Greenberg and Mollick found that this is particularly true for female-led projects that are in traditionally male-dominated categories, like technology. They found that women succeed where they are least represented as both funders and founders, citing a “motivation to help someone that shares one’s gender overcome perceived structural barriers.”

Some may say women’s success at crowdfunding is related to the fact that women ask for and receive less money than men. The average goal for female-led projects was about $6,300, compared with an average of more than $9,400 for men, and the mean amount raised by men was close to $5,200, compared with about $4,500 for women, according to Marom, Robb and Sade’s research. The three researchers debunked that assertion by looking specifically at projects in the same category and subcategory, and with the same fundraising goals.

“Women were still more likely than men to reach their funding goal (80% versus 73.7%), providing evidence that it was not the lower goals driving the higher rates of success among females,” they state.

The numbers of women participating in crowdfunding platforms differ starkly from those outside these platforms.

As Greenberg and Mollack point out, there is “a lack of female founders in high-growth businesses, with repeated studies finding that an extremely small percentage, between 1% and 6%, of VC-backed companies have female founders depending on the sample and methodology used. This compares unfavorably with the 40% of American businesses founded by women. This gender disparity also occurs within the funding network itself, as only 14% of all venture capitalists are women.”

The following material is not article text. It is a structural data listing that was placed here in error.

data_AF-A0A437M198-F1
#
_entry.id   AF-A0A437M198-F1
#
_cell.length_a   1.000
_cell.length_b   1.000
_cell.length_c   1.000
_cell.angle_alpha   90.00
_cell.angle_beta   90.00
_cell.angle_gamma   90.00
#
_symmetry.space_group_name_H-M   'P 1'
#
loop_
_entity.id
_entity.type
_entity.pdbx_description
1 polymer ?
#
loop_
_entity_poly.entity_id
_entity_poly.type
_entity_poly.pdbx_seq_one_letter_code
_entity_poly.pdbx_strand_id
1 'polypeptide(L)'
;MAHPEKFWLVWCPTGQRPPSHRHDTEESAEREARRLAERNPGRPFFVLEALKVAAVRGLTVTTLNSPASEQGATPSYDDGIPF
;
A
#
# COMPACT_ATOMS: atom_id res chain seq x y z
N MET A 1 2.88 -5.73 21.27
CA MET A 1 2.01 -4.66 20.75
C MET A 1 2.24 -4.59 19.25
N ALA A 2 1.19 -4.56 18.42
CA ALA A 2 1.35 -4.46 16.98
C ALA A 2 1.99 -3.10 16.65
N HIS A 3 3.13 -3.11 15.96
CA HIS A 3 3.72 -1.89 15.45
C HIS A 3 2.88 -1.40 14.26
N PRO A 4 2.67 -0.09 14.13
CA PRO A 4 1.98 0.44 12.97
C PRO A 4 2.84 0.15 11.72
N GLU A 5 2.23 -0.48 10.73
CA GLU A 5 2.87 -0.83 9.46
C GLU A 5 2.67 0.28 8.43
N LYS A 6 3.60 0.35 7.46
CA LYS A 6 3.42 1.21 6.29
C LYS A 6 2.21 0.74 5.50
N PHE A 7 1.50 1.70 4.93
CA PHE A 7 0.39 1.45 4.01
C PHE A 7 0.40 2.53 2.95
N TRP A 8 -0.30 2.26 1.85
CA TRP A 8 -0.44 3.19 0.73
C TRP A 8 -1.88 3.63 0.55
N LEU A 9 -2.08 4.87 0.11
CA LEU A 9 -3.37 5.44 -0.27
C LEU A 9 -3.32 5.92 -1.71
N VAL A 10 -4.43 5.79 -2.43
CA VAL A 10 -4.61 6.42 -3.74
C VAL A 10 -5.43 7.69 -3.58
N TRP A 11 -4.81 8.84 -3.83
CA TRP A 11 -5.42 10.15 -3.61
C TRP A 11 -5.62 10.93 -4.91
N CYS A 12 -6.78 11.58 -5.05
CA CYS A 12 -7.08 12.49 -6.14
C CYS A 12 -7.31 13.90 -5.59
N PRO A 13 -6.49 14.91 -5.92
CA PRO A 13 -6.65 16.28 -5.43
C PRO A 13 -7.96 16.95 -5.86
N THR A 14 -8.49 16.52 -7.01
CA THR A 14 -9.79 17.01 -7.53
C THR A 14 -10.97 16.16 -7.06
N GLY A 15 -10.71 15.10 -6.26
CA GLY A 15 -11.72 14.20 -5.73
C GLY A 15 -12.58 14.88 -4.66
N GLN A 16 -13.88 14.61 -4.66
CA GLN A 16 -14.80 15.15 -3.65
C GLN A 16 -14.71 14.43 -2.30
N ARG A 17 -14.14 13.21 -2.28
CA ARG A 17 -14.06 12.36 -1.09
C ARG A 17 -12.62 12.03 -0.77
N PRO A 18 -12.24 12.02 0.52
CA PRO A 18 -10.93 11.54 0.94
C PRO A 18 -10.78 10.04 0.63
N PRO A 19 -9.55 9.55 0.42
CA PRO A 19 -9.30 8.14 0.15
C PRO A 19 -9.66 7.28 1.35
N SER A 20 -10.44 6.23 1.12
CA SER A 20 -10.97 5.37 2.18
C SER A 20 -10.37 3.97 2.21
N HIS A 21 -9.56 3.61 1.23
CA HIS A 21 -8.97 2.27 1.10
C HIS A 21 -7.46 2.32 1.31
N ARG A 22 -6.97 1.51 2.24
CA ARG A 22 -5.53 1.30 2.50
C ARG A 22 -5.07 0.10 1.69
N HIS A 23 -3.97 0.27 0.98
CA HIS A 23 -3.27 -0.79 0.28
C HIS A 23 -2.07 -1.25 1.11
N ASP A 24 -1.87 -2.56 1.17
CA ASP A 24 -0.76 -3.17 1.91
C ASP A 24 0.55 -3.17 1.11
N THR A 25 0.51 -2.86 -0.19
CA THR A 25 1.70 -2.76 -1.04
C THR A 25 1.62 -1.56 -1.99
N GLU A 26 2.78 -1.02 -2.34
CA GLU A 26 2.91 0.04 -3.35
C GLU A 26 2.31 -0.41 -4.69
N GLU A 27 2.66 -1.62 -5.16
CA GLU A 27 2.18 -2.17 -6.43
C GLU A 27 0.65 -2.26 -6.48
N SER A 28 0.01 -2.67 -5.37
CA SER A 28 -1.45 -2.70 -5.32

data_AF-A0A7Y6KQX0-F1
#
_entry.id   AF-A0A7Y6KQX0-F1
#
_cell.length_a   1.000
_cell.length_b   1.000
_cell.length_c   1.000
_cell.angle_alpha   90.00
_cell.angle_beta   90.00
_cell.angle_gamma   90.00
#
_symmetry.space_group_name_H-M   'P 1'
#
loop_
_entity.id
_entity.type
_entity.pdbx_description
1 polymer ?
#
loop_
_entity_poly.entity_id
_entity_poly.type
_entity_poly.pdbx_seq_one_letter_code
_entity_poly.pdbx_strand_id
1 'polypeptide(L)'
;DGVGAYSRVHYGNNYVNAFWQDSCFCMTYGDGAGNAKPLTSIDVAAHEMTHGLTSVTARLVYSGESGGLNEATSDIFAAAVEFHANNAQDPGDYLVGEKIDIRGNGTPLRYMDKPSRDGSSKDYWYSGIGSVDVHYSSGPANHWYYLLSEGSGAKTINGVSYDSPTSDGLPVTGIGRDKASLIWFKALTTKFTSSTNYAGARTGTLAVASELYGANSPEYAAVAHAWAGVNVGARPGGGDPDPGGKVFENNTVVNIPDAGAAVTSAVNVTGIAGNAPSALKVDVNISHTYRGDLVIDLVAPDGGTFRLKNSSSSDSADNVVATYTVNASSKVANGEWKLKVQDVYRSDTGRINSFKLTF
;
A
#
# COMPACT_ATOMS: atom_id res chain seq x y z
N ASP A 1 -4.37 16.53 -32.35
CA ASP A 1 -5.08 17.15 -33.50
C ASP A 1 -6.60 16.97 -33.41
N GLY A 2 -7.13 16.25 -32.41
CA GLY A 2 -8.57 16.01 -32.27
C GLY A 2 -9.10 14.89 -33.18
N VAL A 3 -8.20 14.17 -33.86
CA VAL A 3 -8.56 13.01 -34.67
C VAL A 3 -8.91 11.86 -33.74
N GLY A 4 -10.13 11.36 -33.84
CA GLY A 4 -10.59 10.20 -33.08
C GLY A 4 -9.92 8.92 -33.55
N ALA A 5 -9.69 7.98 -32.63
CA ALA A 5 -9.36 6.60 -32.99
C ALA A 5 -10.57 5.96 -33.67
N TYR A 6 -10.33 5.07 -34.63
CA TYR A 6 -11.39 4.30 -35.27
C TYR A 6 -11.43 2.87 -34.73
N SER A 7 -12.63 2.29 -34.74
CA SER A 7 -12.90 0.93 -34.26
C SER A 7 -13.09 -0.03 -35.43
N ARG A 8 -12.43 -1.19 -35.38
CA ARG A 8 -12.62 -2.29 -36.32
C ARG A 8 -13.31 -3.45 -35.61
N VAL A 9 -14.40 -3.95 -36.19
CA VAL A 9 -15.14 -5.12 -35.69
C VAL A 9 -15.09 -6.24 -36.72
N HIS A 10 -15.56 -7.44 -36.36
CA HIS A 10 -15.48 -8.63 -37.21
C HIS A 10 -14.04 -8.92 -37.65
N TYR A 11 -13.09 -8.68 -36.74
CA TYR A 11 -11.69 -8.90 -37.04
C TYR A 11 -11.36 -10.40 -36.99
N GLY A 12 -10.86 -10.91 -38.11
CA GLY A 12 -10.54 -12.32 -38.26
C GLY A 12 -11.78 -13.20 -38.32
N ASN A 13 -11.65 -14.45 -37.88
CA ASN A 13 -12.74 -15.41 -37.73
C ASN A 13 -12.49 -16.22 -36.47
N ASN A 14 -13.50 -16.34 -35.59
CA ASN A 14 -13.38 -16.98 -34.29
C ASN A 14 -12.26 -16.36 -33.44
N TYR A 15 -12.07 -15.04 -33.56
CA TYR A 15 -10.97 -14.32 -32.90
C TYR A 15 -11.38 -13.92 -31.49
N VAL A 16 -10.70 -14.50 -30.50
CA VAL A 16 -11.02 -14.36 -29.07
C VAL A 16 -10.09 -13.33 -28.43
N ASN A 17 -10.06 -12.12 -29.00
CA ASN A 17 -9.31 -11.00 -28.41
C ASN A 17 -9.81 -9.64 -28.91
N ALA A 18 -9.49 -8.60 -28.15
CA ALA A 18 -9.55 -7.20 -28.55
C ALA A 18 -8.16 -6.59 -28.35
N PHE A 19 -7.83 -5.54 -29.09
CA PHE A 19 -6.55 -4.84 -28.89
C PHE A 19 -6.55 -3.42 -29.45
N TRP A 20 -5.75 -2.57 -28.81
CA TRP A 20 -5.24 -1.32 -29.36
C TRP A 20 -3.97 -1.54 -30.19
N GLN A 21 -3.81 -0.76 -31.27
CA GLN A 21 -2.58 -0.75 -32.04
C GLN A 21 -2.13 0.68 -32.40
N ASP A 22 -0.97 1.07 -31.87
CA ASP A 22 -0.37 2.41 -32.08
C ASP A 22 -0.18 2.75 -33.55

Marom, Robb and Sade’s research showed that women made up about 35% of the project leaders on Kickstarter and almost 45% of the Kickstarter investors.

Sally Outlaw, co-founder and CEO of peerbackers.com, pointed to a few reasons why crowdfunding platforms may appeal more to women during the Forbes discussion.

“Crowdfunding is very much aligned, I think, with women’s nature,” she said. “We’re collaborative by nature; we’re good at social media, good at communication. I think those really play into the strengths of women.”

As previously reported on ThinkAdvisor, crowdsourced investing got off the ground as part of the 2012 Jumpstart Our Business Startups (JOBS) Act, which gave the SEC the ability to relax rules prohibiting the general solicitation of investments.

The JOBS Act of 2012 included two provisions for crowdfunding. Title II, which came into effect in 2013, governs entrepreneurs and lets companies publicly share and advertise that they are looking for investments. Title III would allow companies to raise capital from non-accredited investors and has been mired in an SEC review of more than 500 proposed rules related to Regulation A since last October.

Earlier this year, SEC Chairwoman Mary Jo White said this was one of the agency’s priorities. “I expect that the commission, after thorough consideration of all comments, will move expeditiously to finalize these rules,” White noted at the time.